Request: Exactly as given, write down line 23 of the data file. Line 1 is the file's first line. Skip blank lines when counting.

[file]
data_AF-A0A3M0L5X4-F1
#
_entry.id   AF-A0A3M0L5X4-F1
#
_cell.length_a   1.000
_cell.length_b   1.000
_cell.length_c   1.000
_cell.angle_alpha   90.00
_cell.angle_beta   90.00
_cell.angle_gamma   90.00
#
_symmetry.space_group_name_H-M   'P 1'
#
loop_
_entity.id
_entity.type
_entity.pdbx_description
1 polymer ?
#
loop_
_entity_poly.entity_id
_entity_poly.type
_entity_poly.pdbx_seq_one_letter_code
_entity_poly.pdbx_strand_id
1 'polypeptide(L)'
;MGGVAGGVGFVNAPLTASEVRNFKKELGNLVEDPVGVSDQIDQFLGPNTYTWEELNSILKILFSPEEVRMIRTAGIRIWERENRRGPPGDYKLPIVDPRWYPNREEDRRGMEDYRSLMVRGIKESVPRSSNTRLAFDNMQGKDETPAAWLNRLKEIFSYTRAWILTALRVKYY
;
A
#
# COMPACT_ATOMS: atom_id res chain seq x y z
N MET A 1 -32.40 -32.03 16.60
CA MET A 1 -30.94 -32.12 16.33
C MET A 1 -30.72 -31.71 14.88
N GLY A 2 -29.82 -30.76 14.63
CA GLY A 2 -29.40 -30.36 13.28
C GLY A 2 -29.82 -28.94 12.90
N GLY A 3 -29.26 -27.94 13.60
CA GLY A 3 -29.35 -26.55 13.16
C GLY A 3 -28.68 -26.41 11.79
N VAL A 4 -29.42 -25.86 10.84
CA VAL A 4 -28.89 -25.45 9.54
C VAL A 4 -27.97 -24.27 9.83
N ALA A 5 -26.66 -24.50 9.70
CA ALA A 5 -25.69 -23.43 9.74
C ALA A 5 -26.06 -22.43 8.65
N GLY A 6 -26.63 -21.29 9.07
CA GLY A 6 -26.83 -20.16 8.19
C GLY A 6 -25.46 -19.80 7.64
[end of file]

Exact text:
_entity_poly.pdbx_seq_one_letter_code